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Books by Adeline Yen Mah / Biography and memoir / Books from China

Friday, 29 April 2016

We visit The Shops At Dartington and find Totnes Community Bookshop

Dave was intrigued when he saw The Shops marked on the
Upcycled figure at The Shops 
map at nearby Dartington. Normally towns don't bother to announce their retail district so proudly so he investigated further. It turns out that The Shops At Dartington are part of something a bit special. The estate was purchased by Dorothy and Leonard Elmhirst in 1925 and they 'embarked on what they called the Dartington Experiment to regenerate a rural community.' The Elmhirsts welcomed people who were interested in social change and reform - artists, economists, horticulturalists - and the estate is still very much a social enterprise today, ploughing any commercial profit back into local projects. There is a full calendar of musical, artistic, culinary and literary events as well as an arthouse cinema, beautiful gardens, restaurants and the eponymous Shops. Parking is pretty cheap and we also spotted a Sustrans cycle / walking route from Totnes.

We began wandering around outside this pretty venue
The Sustrans route leading away from the bridge 
which is all old stone and flowers. Lots of the trees were in full blossom and there are interesting details like the above upcycled figure near to the Restore shop. Restore is a voluntary enterprise, part of Refurnish Devon, which brings people together to learn how to repair and restore their existing furniture as well as upcycling individual pieces for the shop. Right now there's a nice gateleg table there!

We managed not to allow ourselves into the very tempting food shop and also bypassed another business selling fire bowls, outdoor pizza ovens and the like. A homewares shop had Christy towels at half price, but we don't have the space! Instead we spent our time (and money) in a greeting card shop which has a fabulous range of cards - special occasions, humorous, and arty. I especially appreciated their support of local artists and liked designs by Kerry Tremlett from Exeter and Sally Anderson from
Sally Anderson greeting cards 
Teignmouth. Our final discovery was a branch of the vegetarian Cranks Restaurant which Dave remembers as the first veggie eaterie in London. He even ate there in 1967 and we are planning to treat me to a birthday lunch at the Dartington establishment (on Tuesday, just as a by the way!) so I will review it next week. I think if we do find our perfect abode in Torquay, we will be visiting Dartington fairly frequently!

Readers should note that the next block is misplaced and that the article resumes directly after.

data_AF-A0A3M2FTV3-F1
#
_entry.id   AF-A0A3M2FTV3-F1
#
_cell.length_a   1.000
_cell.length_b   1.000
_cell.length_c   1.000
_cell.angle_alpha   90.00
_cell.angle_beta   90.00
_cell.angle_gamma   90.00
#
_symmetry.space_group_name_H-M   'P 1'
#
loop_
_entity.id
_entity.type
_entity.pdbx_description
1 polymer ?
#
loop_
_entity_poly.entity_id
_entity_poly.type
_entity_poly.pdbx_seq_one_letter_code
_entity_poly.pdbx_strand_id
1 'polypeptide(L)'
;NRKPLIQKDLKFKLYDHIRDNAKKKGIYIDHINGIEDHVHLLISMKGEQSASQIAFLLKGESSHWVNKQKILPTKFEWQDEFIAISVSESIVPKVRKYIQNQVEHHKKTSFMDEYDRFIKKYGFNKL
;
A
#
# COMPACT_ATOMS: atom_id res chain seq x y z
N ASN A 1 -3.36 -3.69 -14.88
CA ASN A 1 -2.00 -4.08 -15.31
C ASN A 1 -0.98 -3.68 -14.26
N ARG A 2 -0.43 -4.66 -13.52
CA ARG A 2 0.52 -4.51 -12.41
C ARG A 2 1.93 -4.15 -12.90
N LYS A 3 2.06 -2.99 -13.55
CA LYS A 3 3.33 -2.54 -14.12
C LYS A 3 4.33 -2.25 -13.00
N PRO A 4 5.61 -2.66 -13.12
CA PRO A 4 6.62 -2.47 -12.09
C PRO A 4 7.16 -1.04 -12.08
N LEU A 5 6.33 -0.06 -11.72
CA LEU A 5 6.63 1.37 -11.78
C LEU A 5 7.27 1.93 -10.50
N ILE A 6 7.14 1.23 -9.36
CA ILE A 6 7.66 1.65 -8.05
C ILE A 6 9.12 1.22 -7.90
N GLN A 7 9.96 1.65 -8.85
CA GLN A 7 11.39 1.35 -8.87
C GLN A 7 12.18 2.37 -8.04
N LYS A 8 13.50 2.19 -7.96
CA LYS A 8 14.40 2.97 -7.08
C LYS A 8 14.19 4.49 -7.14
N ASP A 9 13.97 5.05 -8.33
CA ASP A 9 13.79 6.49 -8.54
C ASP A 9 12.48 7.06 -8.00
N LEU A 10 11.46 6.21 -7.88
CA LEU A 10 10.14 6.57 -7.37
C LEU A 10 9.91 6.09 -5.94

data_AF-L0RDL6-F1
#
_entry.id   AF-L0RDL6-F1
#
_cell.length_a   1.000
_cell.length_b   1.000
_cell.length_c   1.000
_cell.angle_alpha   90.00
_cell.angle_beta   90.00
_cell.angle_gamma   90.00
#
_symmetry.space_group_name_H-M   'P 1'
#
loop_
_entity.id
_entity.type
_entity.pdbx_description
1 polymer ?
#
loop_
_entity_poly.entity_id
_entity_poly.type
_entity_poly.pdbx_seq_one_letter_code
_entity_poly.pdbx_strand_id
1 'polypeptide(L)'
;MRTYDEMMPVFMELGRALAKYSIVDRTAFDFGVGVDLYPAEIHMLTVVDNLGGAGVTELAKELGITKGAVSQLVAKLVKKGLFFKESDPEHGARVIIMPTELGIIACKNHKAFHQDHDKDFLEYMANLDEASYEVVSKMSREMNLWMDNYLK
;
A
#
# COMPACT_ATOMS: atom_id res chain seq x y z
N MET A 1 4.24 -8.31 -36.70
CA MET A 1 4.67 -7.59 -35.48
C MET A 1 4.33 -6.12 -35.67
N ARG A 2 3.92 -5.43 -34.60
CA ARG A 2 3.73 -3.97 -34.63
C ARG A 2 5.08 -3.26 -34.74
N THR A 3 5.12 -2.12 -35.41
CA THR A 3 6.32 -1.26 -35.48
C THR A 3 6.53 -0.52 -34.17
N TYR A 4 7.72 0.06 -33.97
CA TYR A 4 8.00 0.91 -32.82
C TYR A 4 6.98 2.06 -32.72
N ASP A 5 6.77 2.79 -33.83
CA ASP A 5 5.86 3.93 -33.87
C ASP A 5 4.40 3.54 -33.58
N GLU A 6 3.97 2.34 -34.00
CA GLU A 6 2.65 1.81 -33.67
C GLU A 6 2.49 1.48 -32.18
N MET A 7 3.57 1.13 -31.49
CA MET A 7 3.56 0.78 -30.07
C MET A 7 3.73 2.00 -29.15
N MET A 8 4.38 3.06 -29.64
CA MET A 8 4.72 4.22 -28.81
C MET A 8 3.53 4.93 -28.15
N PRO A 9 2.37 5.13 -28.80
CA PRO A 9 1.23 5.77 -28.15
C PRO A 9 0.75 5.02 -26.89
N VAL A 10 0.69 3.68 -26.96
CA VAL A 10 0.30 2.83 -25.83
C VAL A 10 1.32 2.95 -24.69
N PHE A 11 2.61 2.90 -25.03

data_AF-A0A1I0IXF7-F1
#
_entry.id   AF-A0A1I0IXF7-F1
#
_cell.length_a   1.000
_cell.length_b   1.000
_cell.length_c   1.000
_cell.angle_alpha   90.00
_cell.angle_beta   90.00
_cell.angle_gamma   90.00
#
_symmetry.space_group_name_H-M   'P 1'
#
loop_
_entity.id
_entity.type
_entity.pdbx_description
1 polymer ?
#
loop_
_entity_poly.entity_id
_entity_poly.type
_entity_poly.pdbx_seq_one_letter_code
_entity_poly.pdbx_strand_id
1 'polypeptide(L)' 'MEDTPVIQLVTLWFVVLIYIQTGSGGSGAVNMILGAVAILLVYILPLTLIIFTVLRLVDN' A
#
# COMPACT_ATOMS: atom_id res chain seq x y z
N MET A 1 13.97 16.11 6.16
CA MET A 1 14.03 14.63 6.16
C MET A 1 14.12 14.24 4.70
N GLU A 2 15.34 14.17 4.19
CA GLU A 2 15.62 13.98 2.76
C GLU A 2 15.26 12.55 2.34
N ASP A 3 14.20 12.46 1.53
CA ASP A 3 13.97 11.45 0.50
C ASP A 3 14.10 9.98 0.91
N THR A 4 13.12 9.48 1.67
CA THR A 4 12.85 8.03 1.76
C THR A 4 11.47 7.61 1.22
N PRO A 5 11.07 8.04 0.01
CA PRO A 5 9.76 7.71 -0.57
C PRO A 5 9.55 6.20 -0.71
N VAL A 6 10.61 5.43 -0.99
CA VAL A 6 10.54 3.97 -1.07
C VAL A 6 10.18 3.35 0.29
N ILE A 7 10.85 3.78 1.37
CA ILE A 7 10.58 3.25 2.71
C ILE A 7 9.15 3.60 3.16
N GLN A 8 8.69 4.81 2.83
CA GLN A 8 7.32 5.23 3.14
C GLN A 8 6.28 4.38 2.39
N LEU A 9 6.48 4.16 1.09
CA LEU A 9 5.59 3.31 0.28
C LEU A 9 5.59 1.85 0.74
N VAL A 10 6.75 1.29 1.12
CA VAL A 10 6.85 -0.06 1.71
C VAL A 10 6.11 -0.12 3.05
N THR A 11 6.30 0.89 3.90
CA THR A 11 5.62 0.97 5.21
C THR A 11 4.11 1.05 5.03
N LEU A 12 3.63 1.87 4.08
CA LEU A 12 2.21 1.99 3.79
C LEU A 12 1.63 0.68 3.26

Another town we would be visiting frequently would be Totnes. We have already stopped by once and loved its hippy vibe. This time we hoped for another good DVD, but couldn't find anything promising that we hadn't already seen. My other aim was to find a cafe with a book exchange shelf because I thought Totnes looked a likely place. I wasn't able to google one either there or in Torquay - so if you know better, please let me know. But in the meantime, we made the wonderful discovery of the Totnes Community Bookshop in Castle Street. It officially became a community enterprise in March and hosts events such as open mic poetry evenings, author visits and acoustic music. I think all the books are second hand, but are in good condition and there's an excellent selection. Most of the paperbacks that caught my eye were £2 each so we chose five between us and, best of all, I got a £1 trade-in each on the three I had hoped to exchange. So if you want to read Daughter Of The Killing Fields, Fermat's Last Theorem (review blogged tomorrow) or The Amateur Marriage, my copies are now all at the Totnes Community Bookshop. Go take a look!

Photo from Totnes Community Bookshop FB page

Thursday, 28 April 2016

#ThrowbackThursday - where we were on this date in Aprils past

I have enjoyed joining in #ThrowbackThursday on Twitter
Shadows Of The Wanderer by Ana Pacheco 
for ages now, but it only recently occurred to me that I could do a similar feature on my blog. For those of you who haven't come across the hashtag before, the idea is to look back across the years and reminisce about what you were doing on the same date. Stephanie Jane (the blog) has been around since 2013 and I have posts on Theatrical Eastbourne back to 2012 so let's see what we were up to! All links go to my old posts, so do click through for the full story, and if you write your own #ThrowbackThursday post, pop the link in the Comments!

At the end of April 2012 I had just visited a Willie Doherty photographic and video exhibition at the Towner Gallery in Eastbourne. Doherty is from Northern Ireland and much of his work is an attempt to understand the daily fear, oppression and uncertainty of people living within a divided community. I liked the ambiguity of his work and several of the photographs got more frightening the longer I observed and thought about them.

A year later and April 2013 was all about the theatre. We